Epsom Salts and Beautiful Plants

Roberts RanchGardening, Healthy Lifestyles

Boston Fern

I remember as a young child that epsom salts were always on hand.  Mostly we drew a hot tub of water and soaked in it after a hard day’s work. Or we soaked in it when we were sick and achy with flu, chicken pox, or measles.  It was wonderfully soothing.  I highly recommend trying a warm tub of  epsom salts if you haven’t before.  There are some wonderfully scented epsom salts on the market these days with eucalyptus and spearmint essential oils in them.  You can find epsom salt in most grocery stores.   It is still one of the most relaxing things I do for myself on a regular basis.

Did you know that in addition to human health and wellness, Epsom salts can really do wonders for your garden plants and your potted plants?  Epsom salt is simply magnesium sulfate.  It derives its name from the small town of Epsom in England where it was originally distilled from water in the late 1500’s.  Epsom salt works to correct magnesium or sulfur deficiencies in the soil.  It is considered an “organic fertilizer.”

Magnesium is an essential element in the chlorophyll molecule that allows plants to convert light to energy.  Yes, it promotes photosynthesis in plants which is basic to all plant life.  Without it plants don’t turn green. Magnesium also helps in the absorption of nitrogen and phosphorus and also helps seeds germinate.

Sulfur helps the plants to synthesize proteins and also helps the plant absorb essential nutrients.  Magnesium sulfate is extremely soluble which allows the plants to absorb it right through their leaves as well as their roots.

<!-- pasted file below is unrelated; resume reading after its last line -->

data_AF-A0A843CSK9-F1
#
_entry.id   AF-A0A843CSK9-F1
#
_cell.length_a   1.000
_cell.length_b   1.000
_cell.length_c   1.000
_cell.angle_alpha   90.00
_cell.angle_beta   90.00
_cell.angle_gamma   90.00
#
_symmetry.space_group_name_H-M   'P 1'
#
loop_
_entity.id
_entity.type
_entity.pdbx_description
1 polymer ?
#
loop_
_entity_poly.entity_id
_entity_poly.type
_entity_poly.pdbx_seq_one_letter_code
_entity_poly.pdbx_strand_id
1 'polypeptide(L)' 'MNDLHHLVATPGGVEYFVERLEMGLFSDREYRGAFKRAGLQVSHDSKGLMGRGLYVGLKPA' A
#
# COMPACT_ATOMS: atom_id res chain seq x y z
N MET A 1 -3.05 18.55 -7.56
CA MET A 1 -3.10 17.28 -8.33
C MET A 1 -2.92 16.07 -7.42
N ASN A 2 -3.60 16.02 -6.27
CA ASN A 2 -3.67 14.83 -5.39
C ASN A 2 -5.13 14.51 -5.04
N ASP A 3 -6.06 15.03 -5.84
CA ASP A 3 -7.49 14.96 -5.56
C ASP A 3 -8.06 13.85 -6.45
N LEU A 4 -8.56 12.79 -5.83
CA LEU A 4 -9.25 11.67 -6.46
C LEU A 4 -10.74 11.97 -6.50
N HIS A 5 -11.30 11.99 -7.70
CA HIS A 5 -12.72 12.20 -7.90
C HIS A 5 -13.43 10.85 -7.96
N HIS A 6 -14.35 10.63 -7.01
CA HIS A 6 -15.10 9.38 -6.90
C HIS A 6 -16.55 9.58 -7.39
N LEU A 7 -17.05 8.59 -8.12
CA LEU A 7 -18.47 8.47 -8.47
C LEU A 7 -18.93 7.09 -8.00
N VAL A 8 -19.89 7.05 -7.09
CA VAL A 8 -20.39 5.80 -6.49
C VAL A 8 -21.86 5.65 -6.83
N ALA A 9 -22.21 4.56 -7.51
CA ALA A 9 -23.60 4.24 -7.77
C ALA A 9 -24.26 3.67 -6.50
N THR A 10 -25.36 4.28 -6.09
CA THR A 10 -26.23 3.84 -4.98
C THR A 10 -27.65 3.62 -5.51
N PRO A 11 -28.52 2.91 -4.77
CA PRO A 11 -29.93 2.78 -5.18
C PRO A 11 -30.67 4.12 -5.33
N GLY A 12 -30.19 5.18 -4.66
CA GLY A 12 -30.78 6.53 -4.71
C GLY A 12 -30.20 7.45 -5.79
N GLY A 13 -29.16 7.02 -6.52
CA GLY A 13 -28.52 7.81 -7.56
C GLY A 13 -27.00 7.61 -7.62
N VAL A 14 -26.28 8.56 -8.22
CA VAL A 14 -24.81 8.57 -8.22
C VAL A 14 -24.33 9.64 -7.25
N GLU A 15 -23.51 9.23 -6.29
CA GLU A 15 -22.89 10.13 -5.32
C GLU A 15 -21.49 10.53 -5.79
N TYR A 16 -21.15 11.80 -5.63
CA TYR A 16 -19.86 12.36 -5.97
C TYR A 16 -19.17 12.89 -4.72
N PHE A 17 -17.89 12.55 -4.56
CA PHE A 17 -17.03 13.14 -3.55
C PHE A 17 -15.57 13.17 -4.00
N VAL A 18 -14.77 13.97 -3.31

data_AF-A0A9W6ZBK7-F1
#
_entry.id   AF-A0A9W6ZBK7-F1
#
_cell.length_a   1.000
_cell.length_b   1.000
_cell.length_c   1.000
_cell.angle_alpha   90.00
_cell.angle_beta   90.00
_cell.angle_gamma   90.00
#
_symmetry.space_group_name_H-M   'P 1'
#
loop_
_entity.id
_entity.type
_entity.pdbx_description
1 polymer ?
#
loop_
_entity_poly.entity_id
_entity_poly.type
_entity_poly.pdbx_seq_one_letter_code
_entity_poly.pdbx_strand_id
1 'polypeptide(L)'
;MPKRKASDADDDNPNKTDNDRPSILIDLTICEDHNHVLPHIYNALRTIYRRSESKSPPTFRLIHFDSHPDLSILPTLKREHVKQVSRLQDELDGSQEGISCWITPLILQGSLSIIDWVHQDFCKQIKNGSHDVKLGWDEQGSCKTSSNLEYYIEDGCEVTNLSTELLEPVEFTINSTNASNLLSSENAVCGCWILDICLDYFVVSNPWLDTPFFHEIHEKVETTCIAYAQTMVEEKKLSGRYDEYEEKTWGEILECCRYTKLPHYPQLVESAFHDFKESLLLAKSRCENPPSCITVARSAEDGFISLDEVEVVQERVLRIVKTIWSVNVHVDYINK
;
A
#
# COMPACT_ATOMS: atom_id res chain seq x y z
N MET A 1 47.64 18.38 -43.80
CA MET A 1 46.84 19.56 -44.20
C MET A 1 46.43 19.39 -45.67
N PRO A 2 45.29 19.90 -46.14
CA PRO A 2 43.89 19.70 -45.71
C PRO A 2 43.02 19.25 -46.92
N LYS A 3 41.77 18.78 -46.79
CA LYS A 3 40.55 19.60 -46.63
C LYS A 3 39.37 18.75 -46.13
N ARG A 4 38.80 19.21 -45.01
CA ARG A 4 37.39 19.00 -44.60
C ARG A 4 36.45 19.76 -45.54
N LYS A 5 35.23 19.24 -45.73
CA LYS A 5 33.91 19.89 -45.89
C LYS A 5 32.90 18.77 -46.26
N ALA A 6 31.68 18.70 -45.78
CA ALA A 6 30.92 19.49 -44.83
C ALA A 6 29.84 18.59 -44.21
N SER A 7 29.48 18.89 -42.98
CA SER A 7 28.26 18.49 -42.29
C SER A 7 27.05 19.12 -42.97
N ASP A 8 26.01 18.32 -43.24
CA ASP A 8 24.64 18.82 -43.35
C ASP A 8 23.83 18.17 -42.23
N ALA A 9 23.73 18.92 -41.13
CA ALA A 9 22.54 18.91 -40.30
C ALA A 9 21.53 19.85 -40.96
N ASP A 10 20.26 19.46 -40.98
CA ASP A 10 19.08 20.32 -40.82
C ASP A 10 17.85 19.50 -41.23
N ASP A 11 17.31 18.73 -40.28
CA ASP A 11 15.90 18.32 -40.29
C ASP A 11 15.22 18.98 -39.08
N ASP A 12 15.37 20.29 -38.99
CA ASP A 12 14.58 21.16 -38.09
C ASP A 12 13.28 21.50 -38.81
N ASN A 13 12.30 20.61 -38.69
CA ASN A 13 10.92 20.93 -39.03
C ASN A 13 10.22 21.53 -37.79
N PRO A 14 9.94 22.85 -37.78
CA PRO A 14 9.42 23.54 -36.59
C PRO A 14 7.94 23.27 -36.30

Its also ph neutral so it will not alter the ph of the soil.  It increases growth, intensives color, and helps in the overall well being of plants.


It is always best to apply to the soil before you plant. Add 1 cup of Epsom Salt to every 100 square feet of soil. Mix in, then plant. You can also make a liquid mixture and spray it on the plants. Use 1 T. Epsom Salt to 1 gallon of water. Apply monthly.

Tomatoes and peppers tend to suffer from magnesium deficiency. Apply 1 T. to the hole before planting seedlings. Feed during the growing season as well. Epsom salt is not going to cause chemical build up, will not harm your plants, but can do wonders for you them.

I have a good friend who has amazing flower pots and ferns. Her secret, she says, is soaking the ferns in a tub of epsom salt and water until the bubbling stops, then hangs them up to dry.